Acts 2:14.22-33; 1 Pt. 1:17-21; Lk. 24:13-35
Luke’s Gospel is centered on Jerusalem. It begins with Zechariah serving at the temple in Jerusalem and the Archangel Gabriel announcing the birth of John the Baptist and ends up with the Apostles in Jerusalem after the Ascension awaiting the descent of the Holy Spirit at Pentecost. Salvation was to be fulfilled in Jerusalem. Therefore, moving away from Jerusalem meant moving away from the center of Salvation. Even this episode of going to Emmaus ends up with a return to Jerusalem to be one again with the whole nascent Church in Jerusalem.
And yet Jesus walks with them, like the Shepherd looking for the lost sheep. He did not allow them to be lost, he went after them, caught up with them so he could bring them back to the fold. So is it with us, even when we stray away from the road to salvation, Jesus comes after us, walks with us, awaiting for our decision to turn back to him. He talks to us through the Gospels, the homilies of the priests, the retreats and recollections and other reading materials he puts in our path just to remind us of him and our Father’s call to conversion.
At first our eyes are veiled because we cling to our own way of thinking, our own interpretation of events or of Scriptures. But if we allow the words of Scriptures to penetrate our hearts, and the Holy Spirit to guide us, our hearts will surely begin to burn within us.
They were downcast as they walked and talked about Jesus. They did love him and put their hopes in him “as a prophet mighty in deed and word.” But they lacked trust in those who announced his resurrection. They were men of their own time, not trusting the word of women. The women mentioned that they were told by angels that “he was alive”, yet they did not accept the word of the messenger from heaven. Thus Jesus rebuked them as “slow of heart to believe all that the prophets spoke” that the “Christ should suffer these things and enter into his glory.” The Jews of Jesus’ time thought that the Messiah was to lead Israel to oust the Romans, restore the Davidic kingdom, and bring prosperity to Israel. Many of us have succumb to the “Prosperity Gospel” thinking that, because we believe in God and serve him, we will experience only gifts and blessings in this life. We forget that to become true disciples of Christ we must “deny the self, take up our cross and follow him.”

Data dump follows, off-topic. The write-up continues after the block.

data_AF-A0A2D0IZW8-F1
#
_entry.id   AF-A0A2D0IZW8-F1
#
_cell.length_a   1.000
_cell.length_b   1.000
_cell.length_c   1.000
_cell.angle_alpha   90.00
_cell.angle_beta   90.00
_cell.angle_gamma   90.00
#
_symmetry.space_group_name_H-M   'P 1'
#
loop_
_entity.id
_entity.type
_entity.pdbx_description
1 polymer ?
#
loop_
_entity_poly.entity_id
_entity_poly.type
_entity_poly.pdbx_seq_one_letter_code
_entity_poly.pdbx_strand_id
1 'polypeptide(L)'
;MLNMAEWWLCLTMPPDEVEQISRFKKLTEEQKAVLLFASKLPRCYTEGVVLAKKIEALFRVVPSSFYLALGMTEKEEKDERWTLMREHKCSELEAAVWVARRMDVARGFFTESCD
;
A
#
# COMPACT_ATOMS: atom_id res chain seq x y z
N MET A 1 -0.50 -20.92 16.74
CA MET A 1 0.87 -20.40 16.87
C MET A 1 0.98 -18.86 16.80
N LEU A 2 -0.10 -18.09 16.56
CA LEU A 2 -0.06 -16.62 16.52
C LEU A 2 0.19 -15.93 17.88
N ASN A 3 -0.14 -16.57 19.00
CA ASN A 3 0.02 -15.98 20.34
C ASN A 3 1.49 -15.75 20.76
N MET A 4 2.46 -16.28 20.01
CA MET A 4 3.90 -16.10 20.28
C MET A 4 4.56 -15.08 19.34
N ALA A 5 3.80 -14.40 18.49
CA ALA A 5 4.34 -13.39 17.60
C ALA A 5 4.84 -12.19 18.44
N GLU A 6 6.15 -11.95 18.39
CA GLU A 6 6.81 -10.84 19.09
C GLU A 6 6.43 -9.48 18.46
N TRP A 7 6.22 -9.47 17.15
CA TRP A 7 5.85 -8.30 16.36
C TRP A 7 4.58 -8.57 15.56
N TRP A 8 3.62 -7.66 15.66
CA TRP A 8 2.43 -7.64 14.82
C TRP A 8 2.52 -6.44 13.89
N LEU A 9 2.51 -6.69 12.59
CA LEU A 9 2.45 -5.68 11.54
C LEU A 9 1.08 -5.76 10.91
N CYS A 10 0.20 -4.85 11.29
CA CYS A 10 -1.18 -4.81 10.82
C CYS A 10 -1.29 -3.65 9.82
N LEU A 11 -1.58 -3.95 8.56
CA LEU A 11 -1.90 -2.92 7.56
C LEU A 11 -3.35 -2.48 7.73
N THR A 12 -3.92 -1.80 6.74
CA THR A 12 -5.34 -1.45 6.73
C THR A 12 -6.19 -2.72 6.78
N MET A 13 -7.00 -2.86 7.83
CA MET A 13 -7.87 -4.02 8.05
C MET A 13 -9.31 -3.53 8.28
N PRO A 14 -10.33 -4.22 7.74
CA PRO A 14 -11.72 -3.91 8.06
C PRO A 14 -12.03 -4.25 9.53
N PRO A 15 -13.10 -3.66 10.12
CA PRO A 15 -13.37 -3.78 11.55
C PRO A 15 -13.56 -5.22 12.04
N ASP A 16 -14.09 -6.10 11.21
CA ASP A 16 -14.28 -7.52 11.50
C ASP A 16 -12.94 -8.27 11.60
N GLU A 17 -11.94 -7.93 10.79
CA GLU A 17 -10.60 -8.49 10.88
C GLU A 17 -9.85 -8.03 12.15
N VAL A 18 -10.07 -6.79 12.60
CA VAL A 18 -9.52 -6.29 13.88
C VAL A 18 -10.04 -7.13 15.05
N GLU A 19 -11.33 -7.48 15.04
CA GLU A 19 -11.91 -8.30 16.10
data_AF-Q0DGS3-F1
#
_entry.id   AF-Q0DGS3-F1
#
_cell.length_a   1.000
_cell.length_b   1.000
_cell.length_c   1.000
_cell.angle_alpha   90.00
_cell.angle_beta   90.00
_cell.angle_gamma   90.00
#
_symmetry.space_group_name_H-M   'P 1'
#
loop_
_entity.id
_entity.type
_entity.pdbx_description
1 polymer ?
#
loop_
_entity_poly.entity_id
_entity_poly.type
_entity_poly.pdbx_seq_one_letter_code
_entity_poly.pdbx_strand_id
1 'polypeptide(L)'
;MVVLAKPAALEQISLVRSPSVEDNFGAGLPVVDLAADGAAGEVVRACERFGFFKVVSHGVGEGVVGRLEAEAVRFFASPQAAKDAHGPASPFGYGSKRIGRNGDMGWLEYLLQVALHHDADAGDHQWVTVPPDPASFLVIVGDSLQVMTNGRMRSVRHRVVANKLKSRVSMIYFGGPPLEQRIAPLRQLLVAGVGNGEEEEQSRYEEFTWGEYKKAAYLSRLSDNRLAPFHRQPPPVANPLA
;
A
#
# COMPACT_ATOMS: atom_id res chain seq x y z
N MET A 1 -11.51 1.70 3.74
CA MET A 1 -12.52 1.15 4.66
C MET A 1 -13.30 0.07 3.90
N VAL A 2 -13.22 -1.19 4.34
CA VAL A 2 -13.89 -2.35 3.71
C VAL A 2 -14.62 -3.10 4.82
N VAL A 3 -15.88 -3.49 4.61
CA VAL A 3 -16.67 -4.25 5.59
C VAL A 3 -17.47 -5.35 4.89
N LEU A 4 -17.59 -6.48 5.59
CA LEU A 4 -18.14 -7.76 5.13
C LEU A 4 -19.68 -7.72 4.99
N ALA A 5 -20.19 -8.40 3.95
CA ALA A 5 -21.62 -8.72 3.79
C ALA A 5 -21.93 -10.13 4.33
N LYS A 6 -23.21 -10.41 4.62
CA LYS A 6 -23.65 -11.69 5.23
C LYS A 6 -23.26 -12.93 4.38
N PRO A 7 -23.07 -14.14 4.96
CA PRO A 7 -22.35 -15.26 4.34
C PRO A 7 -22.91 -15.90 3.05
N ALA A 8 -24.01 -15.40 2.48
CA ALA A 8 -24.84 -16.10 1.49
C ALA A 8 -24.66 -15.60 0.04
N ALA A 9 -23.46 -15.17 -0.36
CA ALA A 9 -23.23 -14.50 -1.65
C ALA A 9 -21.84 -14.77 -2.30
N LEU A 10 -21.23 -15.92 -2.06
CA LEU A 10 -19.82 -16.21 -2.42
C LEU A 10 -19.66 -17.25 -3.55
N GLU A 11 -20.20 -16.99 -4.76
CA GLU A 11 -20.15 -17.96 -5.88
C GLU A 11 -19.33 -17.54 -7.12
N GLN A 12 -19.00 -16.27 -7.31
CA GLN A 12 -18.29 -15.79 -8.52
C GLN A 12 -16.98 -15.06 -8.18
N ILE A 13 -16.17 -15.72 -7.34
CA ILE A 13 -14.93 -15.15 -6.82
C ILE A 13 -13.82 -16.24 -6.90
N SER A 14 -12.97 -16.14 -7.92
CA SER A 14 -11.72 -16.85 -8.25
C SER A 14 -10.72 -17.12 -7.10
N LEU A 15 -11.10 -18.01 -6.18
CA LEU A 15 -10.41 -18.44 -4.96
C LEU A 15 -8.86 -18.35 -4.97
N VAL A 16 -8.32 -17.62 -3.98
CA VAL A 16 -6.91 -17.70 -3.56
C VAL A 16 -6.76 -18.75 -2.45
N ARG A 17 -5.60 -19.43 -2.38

Still there was goodness in their heart, they invited this stranger to come in with them; “Stay with us.” Because of this kindness in their hearts, Jesus came in and allowed them to recognize him. Do we show kindness only to our friends? Do we love only those who love us? What is extraordinary about that, even wicked men love those who love them! The two disciples gave him a listening ear along the way when they did not yet know him, and invited him to stay with them for it was getting late. There was still goodness in their heart and Jesus did not want to lose them. He wanted to bring them back to the fold and so he stayed with them. A spark of goodness and kindness was in their hearts and Jesus nurtured that.
“While he was with them at table, he took bread, said the blessing, broke it, and gave it to them.” We hear the very words of the Eucharistic institution at the Last Supper. “With that their eyes were opened and they recognized him.” What a great gift! It is in the Eucharist that we have Jesus truly present for us “Body and Blood, Soul and Divinity.” Do I recognize him? There are times we take him for granted, and we do not behave with reverence in our Churches. We visit the mayor or congressman in our best attire, yet many come to Church and even receive communion in shorts and slippers. Bridesmaids in weddings are backless or strapless. Do I really recognize Jesus in the Eucharist? “So they set out at once and returned to Jerusalem.” They go back to the center of salvific events. It was in Jerusalem that the community was found, they were to be united once more into the Body of Christ. They were to rejoice with the whole Church in the resurrection of the Lord, and, with the Blessed Mother in their midst, they were to receive the Holy Spirit on the day of Pentecost.